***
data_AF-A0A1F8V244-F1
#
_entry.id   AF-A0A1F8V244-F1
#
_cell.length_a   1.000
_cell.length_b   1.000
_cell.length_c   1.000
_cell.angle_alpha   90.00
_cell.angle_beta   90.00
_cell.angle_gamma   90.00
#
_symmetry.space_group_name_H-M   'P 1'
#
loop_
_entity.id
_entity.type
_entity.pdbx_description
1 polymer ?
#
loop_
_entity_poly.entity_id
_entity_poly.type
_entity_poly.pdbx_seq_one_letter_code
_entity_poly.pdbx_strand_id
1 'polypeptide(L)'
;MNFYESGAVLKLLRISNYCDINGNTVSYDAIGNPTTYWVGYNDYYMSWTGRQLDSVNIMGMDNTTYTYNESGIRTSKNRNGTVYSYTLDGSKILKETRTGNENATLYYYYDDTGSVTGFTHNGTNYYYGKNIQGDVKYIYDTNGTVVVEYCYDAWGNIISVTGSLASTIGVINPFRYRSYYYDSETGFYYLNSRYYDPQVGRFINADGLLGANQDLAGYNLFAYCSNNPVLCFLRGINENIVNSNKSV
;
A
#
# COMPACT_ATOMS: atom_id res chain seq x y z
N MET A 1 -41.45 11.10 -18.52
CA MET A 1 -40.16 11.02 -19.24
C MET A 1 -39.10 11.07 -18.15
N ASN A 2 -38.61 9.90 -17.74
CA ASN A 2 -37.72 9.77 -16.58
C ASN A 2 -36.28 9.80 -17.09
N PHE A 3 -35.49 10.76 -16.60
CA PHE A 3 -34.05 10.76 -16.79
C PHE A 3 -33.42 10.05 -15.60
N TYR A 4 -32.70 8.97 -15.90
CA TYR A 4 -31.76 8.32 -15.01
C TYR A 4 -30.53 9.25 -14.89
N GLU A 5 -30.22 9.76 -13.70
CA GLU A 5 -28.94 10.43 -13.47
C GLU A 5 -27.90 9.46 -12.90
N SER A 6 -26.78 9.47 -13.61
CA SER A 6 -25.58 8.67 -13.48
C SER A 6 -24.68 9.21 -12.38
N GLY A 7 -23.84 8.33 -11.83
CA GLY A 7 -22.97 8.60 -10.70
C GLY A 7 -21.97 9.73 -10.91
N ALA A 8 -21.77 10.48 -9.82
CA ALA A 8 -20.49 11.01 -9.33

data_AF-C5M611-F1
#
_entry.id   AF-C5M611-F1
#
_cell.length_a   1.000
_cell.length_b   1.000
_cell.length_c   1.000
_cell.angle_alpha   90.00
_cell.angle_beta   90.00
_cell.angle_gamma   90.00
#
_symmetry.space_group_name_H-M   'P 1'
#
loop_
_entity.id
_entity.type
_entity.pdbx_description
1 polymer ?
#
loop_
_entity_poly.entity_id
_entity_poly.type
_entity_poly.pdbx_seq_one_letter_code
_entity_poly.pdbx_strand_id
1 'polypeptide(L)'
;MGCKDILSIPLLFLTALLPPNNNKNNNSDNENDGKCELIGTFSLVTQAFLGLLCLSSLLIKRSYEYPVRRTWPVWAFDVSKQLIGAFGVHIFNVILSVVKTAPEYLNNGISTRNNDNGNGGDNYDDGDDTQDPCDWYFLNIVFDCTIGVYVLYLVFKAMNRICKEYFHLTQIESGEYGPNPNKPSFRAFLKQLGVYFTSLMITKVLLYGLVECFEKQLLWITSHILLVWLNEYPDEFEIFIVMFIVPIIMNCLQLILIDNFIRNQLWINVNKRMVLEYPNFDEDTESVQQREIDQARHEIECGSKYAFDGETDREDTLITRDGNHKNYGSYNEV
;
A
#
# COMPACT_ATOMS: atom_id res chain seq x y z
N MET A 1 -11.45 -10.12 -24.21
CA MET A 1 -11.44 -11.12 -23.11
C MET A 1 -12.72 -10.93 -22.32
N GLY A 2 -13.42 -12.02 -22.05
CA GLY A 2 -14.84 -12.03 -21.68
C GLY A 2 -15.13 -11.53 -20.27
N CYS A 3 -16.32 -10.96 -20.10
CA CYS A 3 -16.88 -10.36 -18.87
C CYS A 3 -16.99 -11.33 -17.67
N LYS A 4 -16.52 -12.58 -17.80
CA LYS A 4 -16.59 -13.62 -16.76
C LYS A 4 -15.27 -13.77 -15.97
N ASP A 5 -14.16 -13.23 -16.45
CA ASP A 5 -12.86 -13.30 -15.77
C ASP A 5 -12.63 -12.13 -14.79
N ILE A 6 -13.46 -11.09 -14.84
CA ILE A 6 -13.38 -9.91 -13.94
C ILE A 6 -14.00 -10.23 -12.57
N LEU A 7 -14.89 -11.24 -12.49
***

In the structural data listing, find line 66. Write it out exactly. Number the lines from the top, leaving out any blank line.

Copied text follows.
#